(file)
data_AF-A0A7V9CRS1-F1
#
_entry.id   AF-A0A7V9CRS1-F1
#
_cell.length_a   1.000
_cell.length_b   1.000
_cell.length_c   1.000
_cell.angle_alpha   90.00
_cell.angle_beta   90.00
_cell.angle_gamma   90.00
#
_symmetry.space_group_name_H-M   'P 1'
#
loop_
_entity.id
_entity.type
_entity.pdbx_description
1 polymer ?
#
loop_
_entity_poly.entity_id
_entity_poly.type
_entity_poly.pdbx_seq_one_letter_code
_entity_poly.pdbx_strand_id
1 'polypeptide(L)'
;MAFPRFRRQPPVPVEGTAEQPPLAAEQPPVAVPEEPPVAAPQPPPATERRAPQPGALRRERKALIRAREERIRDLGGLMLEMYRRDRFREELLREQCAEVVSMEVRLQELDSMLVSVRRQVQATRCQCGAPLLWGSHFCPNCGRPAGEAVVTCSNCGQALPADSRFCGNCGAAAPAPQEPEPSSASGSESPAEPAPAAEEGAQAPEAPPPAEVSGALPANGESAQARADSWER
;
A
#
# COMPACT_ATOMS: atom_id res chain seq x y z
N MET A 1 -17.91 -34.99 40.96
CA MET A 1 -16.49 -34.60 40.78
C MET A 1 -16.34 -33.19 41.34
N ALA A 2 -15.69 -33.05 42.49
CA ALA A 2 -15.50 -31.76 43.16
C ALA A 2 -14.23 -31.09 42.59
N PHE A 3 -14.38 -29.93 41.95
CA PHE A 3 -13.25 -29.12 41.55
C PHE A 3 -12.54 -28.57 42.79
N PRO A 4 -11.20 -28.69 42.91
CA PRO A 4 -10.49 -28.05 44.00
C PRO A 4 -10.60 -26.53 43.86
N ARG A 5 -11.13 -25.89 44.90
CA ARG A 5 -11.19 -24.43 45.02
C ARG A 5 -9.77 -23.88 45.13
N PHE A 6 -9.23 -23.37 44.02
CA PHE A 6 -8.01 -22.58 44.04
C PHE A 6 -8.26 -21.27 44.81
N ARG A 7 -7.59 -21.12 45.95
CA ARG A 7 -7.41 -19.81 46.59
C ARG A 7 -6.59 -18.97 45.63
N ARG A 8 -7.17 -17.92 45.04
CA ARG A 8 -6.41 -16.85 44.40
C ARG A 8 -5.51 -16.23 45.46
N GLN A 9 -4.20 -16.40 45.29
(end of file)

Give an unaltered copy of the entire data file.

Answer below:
data_AF-A0A7V9CRS1-F1
#
_entry.id   AF-A0A7V9CRS1-F1
#
_cell.length_a   1.000
_cell.length_b   1.000
_cell.length_c   1.000
_cell.angle_alpha   90.00
_cell.angle_beta   90.00
_cell.angle_gamma   90.00
#
_symmetry.space_group_name_H-M   'P 1'
#
loop_
_entity.id
_entity.type
_entity.pdbx_description
1 polymer ?
#
loop_
_entity_poly.entity_id
_entity_poly.type
_entity_poly.pdbx_seq_one_letter_code
_entity_poly.pdbx_strand_id
1 'polypeptide(L)'
;MAFPRFRRQPPVPVEGTAEQPPLAAEQPPVAVPEEPPVAAPQPPPATERRAPQPGALRRERKALIRAREERIRDLGGLMLEMYRRDRFREELLREQCAEVVSMEVRLQELDSMLVSVRRQVQATRCQCGAPLLWGSHFCPNCGRPAGEAVVTCSNCGQALPADSRFCGNCGAAAPAPQEPEPSSASGSESPAEPAPAAEEGAQAPEAPPPAEVSGALPANGESAQARADSWER
;
A
#
# COMPACT_ATOMS: atom_id res chain seq x y z
N MET A 1 -17.91 -34.99 40.96
CA MET A 1 -16.49 -34.60 40.78
C MET A 1 -16.34 -33.19 41.34
N ALA A 2 -15.69 -33.05 42.49
CA ALA A 2 -15.50 -31.76 43.16
C ALA A 2 -14.23 -31.09 42.59
N PHE A 3 -14.38 -29.93 41.95
CA PHE A 3 -13.25 -29.12 41.55
C PHE A 3 -12.54 -28.57 42.79
N PRO A 4 -11.20 -28.69 42.91
CA PRO A 4 -10.49 -28.05 44.00
C PRO A 4 -10.60 -26.53 43.86
N ARG A 5 -11.13 -25.89 44.90
CA ARG A 5 -11.19 -24.43 45.02
C ARG A 5 -9.77 -23.88 45.13
N PHE A 6 -9.23 -23.37 44.02
CA PHE A 6 -8.01 -22.58 44.04
C PHE A 6 -8.26 -21.27 44.81
N ARG A 7 -7.59 -21.12 45.95
CA ARG A 7 -7.41 -19.81 46.59
C ARG A 7 -6.59 -18.97 45.63
N ARG A 8 -7.17 -17.92 45.04
CA ARG A 8 -6.41 -16.85 44.40
C ARG A 8 -5.51 -16.23 45.46
N GLN A 9 -4.20 -16.40 45.29